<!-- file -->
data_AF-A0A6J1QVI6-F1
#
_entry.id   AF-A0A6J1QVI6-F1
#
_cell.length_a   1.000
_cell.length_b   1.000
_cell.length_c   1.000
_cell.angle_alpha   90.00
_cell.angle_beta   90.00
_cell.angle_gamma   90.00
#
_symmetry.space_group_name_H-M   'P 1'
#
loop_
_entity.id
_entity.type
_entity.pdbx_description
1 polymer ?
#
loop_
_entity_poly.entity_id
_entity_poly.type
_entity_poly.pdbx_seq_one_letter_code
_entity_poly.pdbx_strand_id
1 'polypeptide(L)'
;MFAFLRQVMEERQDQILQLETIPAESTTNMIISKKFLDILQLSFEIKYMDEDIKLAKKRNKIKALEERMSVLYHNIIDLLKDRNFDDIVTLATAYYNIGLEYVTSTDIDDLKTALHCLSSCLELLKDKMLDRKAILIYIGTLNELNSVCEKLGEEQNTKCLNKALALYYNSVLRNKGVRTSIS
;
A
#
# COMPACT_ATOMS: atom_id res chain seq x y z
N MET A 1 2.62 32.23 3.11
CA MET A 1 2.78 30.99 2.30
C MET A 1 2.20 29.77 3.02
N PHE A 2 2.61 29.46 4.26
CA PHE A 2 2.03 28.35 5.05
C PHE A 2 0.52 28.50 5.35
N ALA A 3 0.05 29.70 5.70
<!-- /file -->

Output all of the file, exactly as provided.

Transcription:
data_AF-A0A6J1QVI6-F1
#
_entry.id   AF-A0A6J1QVI6-F1
#
_cell.length_a   1.000
_cell.length_b   1.000
_cell.length_c   1.000
_cell.angle_alpha   90.00
_cell.angle_beta   90.00
_cell.angle_gamma   90.00
#
_symmetry.space_group_name_H-M   'P 1'
#
loop_
_entity.id
_entity.type
_entity.pdbx_description
1 polymer ?
#
loop_
_entity_poly.entity_id
_entity_poly.type
_entity_poly.pdbx_seq_one_letter_code
_entity_poly.pdbx_strand_id
1 'polypeptide(L)'
;MFAFLRQVMEERQDQILQLETIPAESTTNMIISKKFLDILQLSFEIKYMDEDIKLAKKRNKIKALEERMSVLYHNIIDLLKDRNFDDIVTLATAYYNIGLEYVTSTDIDDLKTALHCLSSCLELLKDKMLDRKAILIYIGTLNELNSVCEKLGEEQNTKCLNKALALYYNSVLRNKGVRTSIS
;
A
#
# COMPACT_ATOMS: atom_id res chain seq x y z
N MET A 1 2.62 32.23 3.11
CA MET A 1 2.78 30.99 2.30
C MET A 1 2.20 29.77 3.02
N PHE A 2 2.61 29.46 4.26
CA PHE A 2 2.03 28.35 5.05
C PHE A 2 0.52 28.50 5.35
N ALA A 3 0.05 29.70 5.70